On Friday, June 16 June, Parker Ryan, 23, of Scituate, Massachusetts, died from injuries he encountered in a motorcycle collision.
Ryan was reportedly in a coma for more than three weeks. According to his family, Parker was pronounced dead at around 4:20 in the morning and was surrounded by them.
Everyone is shocked and devastated when word of Parker’s passing spreads. Everyone is grieving his loss and thinking fondly of his magnificence and lovely character.
Parker was riding his motorcycle when he and his passenger were involved in a catastrophic crash. Parker was taken to the hospital with serious injuries but passed away from them. Nothing is known regarding the passenger’s health.
Parker’s family, who he had left behind, and his friends and loved ones confirmed his passing at the precise moment.
The family may shortly reveal the details of the funeral service.
Everybody is lamenting, thinking of, and missing him. They also express their sorrow, ask for his eternal life, and their loss for the beautiful time they shared with him.
A long tribute shared by Chicken Fried Chopper on Facebook remarks:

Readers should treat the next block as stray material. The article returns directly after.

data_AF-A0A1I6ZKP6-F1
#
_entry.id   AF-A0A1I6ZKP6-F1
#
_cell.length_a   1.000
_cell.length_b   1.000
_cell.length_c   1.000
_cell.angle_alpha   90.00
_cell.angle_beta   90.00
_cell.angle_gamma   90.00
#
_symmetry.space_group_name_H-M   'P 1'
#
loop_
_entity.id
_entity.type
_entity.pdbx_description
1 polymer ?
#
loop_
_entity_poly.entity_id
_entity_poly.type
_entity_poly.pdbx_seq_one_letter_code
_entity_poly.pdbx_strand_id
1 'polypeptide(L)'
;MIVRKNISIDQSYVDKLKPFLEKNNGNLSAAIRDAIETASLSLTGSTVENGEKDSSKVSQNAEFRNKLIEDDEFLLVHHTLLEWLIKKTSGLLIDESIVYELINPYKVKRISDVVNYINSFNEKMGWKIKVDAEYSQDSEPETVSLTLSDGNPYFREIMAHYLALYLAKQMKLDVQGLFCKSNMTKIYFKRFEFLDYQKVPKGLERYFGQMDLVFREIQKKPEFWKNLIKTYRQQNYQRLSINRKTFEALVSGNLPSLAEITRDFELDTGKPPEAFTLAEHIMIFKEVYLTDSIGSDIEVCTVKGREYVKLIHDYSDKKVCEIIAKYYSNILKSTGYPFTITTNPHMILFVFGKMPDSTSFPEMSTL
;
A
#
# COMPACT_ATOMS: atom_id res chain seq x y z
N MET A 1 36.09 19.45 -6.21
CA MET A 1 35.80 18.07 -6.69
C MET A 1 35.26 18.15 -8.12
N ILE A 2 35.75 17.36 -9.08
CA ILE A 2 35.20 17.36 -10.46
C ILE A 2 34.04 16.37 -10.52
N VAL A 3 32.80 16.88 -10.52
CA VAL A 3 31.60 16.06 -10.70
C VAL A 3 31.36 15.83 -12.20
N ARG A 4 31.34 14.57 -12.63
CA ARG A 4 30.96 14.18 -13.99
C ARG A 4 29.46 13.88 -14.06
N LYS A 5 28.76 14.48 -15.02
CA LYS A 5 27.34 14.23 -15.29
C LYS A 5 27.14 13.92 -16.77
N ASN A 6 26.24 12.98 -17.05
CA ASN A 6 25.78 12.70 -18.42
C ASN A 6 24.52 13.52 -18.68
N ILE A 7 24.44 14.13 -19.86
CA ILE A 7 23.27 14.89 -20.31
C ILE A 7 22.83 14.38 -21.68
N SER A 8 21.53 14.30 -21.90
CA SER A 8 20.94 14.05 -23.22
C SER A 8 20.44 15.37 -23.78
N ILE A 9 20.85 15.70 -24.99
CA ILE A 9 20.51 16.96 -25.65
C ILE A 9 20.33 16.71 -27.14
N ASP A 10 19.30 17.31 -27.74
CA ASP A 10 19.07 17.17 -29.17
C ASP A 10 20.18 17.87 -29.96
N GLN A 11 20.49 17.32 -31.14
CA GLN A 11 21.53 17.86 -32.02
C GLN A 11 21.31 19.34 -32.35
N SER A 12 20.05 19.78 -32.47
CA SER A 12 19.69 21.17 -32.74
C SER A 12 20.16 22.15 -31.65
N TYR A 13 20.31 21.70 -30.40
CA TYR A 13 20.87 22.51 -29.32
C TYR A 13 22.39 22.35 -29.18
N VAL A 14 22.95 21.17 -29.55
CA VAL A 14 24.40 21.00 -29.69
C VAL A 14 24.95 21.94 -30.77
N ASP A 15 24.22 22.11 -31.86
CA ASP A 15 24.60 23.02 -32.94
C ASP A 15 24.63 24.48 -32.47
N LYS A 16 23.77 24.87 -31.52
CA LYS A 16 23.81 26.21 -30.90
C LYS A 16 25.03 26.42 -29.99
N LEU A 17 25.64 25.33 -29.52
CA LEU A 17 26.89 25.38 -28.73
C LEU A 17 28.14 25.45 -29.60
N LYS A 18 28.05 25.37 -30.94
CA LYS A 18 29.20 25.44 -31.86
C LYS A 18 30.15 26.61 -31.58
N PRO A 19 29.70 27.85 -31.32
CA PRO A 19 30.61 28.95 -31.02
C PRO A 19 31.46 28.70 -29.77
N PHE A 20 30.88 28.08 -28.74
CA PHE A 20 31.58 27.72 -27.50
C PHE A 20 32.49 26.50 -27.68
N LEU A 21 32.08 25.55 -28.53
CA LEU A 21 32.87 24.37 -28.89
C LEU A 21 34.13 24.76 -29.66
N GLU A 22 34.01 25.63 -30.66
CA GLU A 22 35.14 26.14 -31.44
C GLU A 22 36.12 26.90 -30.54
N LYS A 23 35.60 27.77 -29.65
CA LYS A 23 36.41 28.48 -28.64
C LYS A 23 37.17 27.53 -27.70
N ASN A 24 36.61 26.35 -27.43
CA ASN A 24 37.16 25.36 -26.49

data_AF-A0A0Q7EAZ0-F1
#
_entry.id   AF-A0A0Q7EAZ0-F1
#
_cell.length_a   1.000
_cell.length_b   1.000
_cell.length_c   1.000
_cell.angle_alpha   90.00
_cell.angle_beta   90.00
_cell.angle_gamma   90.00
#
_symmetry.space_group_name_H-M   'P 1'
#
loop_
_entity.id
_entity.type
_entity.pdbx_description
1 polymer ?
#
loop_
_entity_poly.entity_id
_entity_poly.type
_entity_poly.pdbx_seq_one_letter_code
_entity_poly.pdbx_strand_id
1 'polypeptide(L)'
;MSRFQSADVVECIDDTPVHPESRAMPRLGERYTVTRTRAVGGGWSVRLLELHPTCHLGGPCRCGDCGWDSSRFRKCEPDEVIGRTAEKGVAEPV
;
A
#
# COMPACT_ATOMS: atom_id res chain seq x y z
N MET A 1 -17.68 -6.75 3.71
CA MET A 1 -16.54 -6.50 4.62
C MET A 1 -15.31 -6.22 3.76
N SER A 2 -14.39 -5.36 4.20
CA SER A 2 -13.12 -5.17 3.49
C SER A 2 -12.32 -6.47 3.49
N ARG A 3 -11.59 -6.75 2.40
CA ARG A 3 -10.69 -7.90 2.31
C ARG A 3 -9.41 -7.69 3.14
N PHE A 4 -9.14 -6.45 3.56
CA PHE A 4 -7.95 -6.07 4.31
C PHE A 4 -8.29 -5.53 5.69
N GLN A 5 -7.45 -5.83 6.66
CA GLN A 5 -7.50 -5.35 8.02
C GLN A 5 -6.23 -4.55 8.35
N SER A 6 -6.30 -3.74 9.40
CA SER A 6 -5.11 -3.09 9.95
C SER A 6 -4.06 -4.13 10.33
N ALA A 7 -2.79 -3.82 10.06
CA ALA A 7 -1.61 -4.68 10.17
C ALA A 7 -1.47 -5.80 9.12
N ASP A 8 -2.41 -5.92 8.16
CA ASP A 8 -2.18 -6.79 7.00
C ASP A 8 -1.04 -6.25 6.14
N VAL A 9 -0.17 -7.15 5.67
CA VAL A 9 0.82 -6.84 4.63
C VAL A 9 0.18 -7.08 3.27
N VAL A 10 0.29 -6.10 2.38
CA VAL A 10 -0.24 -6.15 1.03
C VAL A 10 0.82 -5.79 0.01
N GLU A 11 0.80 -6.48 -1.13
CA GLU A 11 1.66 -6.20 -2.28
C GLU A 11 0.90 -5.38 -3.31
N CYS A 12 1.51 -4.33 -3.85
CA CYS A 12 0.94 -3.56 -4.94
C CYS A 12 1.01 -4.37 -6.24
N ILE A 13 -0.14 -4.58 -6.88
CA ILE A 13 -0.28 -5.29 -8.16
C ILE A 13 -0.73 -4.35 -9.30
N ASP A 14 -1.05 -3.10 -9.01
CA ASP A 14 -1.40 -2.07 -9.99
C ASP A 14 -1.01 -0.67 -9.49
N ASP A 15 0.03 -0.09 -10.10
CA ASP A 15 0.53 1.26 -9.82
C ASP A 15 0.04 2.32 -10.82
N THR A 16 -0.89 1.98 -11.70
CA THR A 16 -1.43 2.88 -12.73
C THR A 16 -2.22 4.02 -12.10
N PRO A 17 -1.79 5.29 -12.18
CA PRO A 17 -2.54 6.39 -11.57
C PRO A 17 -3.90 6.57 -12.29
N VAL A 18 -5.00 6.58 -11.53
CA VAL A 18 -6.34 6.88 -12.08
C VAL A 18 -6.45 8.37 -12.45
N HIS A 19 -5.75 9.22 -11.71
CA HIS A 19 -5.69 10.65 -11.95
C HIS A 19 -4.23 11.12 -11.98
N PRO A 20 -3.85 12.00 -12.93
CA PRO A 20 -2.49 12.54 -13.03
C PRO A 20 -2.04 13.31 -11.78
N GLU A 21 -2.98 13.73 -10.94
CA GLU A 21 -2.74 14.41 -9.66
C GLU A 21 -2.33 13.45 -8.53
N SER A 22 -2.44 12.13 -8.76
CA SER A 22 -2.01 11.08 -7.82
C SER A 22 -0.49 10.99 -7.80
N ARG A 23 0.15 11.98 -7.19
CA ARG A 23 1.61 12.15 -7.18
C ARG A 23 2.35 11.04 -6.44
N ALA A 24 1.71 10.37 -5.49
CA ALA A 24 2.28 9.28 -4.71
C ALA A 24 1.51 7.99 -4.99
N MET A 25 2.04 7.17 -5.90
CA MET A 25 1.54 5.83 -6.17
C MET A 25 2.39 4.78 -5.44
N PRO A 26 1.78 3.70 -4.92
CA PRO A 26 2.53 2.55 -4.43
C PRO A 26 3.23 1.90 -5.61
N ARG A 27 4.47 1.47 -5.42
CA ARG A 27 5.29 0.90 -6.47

“Extremely sad to hear that Parker Ryan passed away today; he was 23. Parker was in a critical motorcycle accident on May 13 and has been hospitalized since. Parker landed on our radar at the Deadbeat Retreat in 2022 and quickly found a home with the Lowlife family up north. The boys took off to ride the Kancamagus Highway. Parker quickly learned all about breakdowns, roadside fixes, and the shared camaraderie when everyone pulled back into the campsite together. Parker must have caught the travel bug hard because, in January, he purchased a Chevy G20 van from Jason Robson to drive it from Mass to California with his bike back for a 4-month internship! It was an adventure full of ups and downs, but Parker went the distance and closed out the 6,000+ mile trip. It’s easy to buy a motorcycle or van; it’s hard to commit to a road trip and see it all the way through, especially one as ambitious as looping the entire country, and at such a young age! When it comes to spinning wrenches, only some have the mechanical confidence to handle the problems guaranteed to surface when traveling that far in an old machine. To me, that was Parker’s stand-out trait, I haven’t known him long, but it’s easy to see that when a problem arose, he was fully ready to face it head-on (whether the windshield in front of him was smashed or not). Parker was a traveler, a young man with a bright future ready to take on the world. We will surely miss him, and our hearts go out to Lisa, John, and the rest of his family. I’m proud that Parker went out and traveled the country. It’s one of the most important things you can do at any age. I know many of his mid-20s friends are reading this, and the world they’re growing up in seems hostile. Driving or riding across our country will show you firsthand that there are quality people far and wide. Ultimately folks in Denver, Dallas, Dayton, Dover, and beyond are similar to the friends and family you know and love back home. I’m glad Parker was able to experience that. Rest in power to a real one.”